We rolled out some new employee-friendly policy updates, too. For employees who have been here for more than two years, we have an extended stock option exercise window so that employees aren’t forced to exercise their options 90 days after leaving (and often pay hefty taxes) or lose them forever. We also extended our fully-paid parental leave to 16 weeks for primary caregivers and 12 weeks for secondary caregivers, and removed pro-rating in your first year (so everyone gets the full amount regardless of how recently they joined).

In 2018, 13 people in the company took advantage of our sabbatical policy to take an extended break to travel the world, work on a side project, learn a new instrument, or just spend time with their family. We’re very proud of our sabbatical policy, which lets any employee who has been here for five years take an extra four weeks of paid time off to rest, recharge, and spend time on things they care about. I think it’s one of the reasons why so many of our earliest employees are still with the company.

Get Involved: Help us build the future of Stack Overflow!

2018 was a big year for Stack Overflow, and I’m excited for what 2019 holds. Developers are shaping the future of the world, and we have a responsibility to help push that future in the direction of more openness, diversity, collaboration, and empathy. If we can do the hard work to make Stack Overflow a place where everyone who codes feels welcome and able to contribute, extend that to every company through Stack Overflow for Teams and Enterprise and Stack Overflow Talent, we can change the world for the better. And the best part is that anyone can join in and be a part of this mission.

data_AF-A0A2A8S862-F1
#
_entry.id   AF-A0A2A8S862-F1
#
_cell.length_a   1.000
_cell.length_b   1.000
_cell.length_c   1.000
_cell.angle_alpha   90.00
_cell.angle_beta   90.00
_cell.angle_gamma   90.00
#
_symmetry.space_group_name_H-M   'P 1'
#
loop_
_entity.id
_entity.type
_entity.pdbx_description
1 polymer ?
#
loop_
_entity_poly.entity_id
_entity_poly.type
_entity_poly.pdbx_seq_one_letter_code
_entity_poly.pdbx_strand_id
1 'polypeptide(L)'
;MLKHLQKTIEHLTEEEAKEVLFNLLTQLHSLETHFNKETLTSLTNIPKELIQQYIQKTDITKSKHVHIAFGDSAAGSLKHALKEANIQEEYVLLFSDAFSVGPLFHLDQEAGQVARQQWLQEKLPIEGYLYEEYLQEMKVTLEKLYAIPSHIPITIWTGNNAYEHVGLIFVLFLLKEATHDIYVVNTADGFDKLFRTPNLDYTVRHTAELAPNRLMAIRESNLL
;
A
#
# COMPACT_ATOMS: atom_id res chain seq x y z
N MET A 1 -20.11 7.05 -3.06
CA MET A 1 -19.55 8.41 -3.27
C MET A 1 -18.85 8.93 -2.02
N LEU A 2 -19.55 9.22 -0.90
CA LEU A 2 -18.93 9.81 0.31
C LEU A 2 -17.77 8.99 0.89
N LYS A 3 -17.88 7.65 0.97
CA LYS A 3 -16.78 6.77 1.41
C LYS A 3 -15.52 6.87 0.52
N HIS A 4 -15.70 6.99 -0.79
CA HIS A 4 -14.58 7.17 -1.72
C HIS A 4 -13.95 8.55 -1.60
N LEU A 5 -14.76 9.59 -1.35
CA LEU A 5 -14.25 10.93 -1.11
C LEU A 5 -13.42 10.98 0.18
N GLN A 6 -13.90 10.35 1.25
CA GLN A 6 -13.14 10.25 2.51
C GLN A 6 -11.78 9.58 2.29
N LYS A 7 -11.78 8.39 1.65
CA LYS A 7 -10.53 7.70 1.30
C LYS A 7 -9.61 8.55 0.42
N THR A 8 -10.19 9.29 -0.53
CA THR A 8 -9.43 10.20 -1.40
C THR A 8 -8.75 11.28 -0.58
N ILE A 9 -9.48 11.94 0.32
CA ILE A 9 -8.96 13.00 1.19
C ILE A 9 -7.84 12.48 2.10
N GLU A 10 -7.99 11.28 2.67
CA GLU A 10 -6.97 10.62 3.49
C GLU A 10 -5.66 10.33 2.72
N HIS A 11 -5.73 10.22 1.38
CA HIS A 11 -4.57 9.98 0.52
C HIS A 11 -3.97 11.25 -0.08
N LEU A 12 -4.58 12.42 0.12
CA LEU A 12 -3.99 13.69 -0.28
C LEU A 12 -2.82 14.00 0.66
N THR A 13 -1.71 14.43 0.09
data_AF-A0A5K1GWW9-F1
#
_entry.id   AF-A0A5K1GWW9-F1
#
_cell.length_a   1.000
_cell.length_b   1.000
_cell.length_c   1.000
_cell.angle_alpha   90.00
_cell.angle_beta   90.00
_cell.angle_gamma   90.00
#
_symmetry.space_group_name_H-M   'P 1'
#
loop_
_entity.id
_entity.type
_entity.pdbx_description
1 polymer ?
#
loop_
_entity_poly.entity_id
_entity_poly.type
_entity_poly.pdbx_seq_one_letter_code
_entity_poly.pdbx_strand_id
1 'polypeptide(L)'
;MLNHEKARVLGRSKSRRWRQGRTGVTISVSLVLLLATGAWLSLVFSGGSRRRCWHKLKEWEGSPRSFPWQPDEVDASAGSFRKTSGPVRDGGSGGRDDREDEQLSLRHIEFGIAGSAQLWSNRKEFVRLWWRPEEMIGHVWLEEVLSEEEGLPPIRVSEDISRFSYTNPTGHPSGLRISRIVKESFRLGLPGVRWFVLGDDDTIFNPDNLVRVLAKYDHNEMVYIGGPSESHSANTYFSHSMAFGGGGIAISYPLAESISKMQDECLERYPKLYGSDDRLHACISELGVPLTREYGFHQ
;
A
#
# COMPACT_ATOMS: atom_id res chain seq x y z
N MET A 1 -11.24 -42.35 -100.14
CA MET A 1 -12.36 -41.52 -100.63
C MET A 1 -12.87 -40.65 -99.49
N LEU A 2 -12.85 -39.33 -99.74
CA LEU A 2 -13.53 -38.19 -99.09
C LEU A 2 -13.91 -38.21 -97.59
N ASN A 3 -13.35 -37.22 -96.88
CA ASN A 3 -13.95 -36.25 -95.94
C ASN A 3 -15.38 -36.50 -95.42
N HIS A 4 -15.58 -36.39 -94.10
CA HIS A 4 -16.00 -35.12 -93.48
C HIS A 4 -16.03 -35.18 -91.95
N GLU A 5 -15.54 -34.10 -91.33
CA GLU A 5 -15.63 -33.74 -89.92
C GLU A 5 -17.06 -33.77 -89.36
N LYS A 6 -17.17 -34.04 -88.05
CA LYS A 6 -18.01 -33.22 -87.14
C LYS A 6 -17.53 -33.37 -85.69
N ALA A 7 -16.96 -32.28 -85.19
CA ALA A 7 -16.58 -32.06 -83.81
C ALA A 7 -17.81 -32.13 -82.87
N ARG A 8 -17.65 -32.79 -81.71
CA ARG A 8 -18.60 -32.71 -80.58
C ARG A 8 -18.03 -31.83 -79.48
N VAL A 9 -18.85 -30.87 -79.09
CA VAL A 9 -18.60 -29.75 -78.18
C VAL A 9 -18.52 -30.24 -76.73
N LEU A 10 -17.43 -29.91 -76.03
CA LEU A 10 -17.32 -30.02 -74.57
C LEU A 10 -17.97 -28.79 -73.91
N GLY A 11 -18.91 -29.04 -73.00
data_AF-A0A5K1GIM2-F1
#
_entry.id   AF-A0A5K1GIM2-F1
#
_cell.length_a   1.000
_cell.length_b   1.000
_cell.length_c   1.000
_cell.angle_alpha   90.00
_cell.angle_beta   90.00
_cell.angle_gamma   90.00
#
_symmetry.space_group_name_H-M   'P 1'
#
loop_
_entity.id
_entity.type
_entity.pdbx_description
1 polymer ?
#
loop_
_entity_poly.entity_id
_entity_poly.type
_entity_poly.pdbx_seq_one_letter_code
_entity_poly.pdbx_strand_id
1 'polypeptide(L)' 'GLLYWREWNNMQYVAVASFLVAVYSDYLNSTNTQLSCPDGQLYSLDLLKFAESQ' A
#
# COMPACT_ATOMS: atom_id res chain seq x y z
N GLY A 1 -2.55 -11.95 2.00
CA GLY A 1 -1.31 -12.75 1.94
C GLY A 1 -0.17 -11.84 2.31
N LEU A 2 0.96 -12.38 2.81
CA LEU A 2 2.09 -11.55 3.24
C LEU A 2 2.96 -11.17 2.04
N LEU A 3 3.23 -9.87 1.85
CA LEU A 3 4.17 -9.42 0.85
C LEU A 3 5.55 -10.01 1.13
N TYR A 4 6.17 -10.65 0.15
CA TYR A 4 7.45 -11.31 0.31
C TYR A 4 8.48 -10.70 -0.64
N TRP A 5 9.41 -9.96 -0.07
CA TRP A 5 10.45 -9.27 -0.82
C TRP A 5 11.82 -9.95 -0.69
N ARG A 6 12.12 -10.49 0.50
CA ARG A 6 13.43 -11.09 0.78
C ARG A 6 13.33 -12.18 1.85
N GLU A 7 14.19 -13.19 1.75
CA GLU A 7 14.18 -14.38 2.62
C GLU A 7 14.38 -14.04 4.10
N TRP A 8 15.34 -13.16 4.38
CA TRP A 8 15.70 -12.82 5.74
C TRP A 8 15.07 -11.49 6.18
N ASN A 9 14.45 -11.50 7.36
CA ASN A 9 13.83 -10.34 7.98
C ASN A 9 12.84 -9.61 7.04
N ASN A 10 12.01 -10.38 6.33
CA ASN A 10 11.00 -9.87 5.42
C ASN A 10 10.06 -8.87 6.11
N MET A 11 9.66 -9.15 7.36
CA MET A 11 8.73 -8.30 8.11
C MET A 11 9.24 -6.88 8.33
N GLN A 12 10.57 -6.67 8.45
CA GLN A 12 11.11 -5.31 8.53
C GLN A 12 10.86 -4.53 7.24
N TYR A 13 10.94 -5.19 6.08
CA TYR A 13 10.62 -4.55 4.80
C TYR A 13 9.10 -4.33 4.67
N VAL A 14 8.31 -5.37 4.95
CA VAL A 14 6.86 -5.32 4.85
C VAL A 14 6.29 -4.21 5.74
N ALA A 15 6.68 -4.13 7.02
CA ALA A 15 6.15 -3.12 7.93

If you’ve never joined the community or tried asking or answering your first question, there’s no better day than today! The community works because regular, every day programmers like you decided one day to give something back and help someone out. By treating people with empathy and respect, you’ll help us create a more welcoming and inclusive community.

If your company thinks knowledge sharing is a priority, give Stack Overflow for Teams a try — it’s free for the first 14 days and starts at just $10 per month (flat!) for your first 10 users. Or if you’re looking to hire developers, or reach our massive global audience of developers, try Stack Overflow Talent and Advertising.

And if you’re looking for a new challenge yourself, we’re hiring, and not just developers: it takes a team to make all this happen, so we’re looking to grow everything from Sales and Customer Success to IT, Marketing, Product, Design, Finance, and more.